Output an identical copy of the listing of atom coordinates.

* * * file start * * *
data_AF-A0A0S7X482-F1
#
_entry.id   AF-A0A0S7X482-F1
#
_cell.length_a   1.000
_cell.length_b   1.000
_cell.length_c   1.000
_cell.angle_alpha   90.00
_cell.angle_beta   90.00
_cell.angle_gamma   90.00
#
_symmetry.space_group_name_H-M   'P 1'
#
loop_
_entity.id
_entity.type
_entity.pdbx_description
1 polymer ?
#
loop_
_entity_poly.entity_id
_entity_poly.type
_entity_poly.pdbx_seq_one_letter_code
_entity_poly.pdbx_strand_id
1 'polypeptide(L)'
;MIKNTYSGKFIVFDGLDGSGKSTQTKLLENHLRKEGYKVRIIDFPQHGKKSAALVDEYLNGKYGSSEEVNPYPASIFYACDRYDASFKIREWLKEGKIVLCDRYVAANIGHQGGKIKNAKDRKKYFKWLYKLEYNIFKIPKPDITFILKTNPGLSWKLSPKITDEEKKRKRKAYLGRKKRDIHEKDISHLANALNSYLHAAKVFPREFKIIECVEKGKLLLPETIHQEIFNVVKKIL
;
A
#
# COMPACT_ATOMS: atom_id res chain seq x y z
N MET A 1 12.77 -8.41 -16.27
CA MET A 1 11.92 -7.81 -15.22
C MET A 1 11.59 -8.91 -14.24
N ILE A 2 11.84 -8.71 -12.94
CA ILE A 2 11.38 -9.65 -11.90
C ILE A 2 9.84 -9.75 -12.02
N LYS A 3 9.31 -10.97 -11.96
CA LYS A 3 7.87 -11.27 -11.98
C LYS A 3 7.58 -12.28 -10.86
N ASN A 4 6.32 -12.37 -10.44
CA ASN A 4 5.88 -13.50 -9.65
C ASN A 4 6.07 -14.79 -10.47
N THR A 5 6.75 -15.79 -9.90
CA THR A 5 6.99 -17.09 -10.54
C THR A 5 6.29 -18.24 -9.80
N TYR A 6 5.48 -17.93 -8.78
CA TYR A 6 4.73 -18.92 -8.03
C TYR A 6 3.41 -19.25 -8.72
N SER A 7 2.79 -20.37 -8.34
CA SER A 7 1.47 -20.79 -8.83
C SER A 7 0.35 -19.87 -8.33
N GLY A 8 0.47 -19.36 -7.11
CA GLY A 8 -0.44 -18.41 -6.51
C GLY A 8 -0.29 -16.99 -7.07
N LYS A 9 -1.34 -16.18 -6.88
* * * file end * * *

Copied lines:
data_AF-A0A0S7X482-F1
#
_entry.id   AF-A0A0S7X482-F1
#
_cell.length_a   1.000
_cell.length_b   1.000
_cell.length_c   1.000
_cell.angle_alpha   90.00
_cell.angle_beta   90.00
_cell.angle_gamma   90.00
#
_symmetry.space_group_name_H-M   'P 1'
#
loop_
_entity.id
_entity.type
_entity.pdbx_description
1 polymer ?
#
loop_
_entity_poly.entity_id
_entity_poly.type
_entity_poly.pdbx_seq_one_letter_code
_entity_poly.pdbx_strand_id
1 'polypeptide(L)'
;MIKNTYSGKFIVFDGLDGSGKSTQTKLLENHLRKEGYKVRIIDFPQHGKKSAALVDEYLNGKYGSSEEVNPYPASIFYACDRYDASFKIREWLKEGKIVLCDRYVAANIGHQGGKIKNAKDRKKYFKWLYKLEYNIFKIPKPDITFILKTNPGLSWKLSPKITDEEKKRKRKAYLGRKKRDIHEKDISHLANALNSYLHAAKVFPREFKIIECVEKGKLLLPETIHQEIFNVVKKIL
;
A
#
# COMPACT_ATOMS: atom_id res chain seq x y z
N MET A 1 12.77 -8.41 -16.27
CA MET A 1 11.92 -7.81 -15.22
C MET A 1 11.59 -8.91 -14.24
N ILE A 2 11.84 -8.71 -12.94
CA ILE A 2 11.38 -9.65 -11.90
C ILE A 2 9.84 -9.75 -12.02
N LYS A 3 9.31 -10.97 -11.96
CA LYS A 3 7.87 -11.27 -11.98
C LYS A 3 7.58 -12.28 -10.86
N ASN A 4 6.32 -12.37 -10.44
CA ASN A 4 5.88 -13.50 -9.65
C ASN A 4 6.07 -14.79 -10.47
N THR A 5 6.75 -15.79 -9.90
CA THR A 5 6.99 -17.09 -10.54
C THR A 5 6.29 -18.24 -9.80
N TYR A 6 5.48 -17.93 -8.78
CA TYR A 6 4.73 -18.92 -8.03
C TYR A 6 3.41 -19.25 -8.72
N SER A 7 2.79 -20.37 -8.34
CA SER A 7 1.47 -20.79 -8.83
C SER A 7 0.35 -19.87 -8.33
N GLY A 8 0.47 -19.36 -7.11
CA GLY A 8 -0.44 -18.41 -6.51
C GLY A 8 -0.29 -16.99 -7.07
N LYS A 9 -1.34 -16.18 -6.88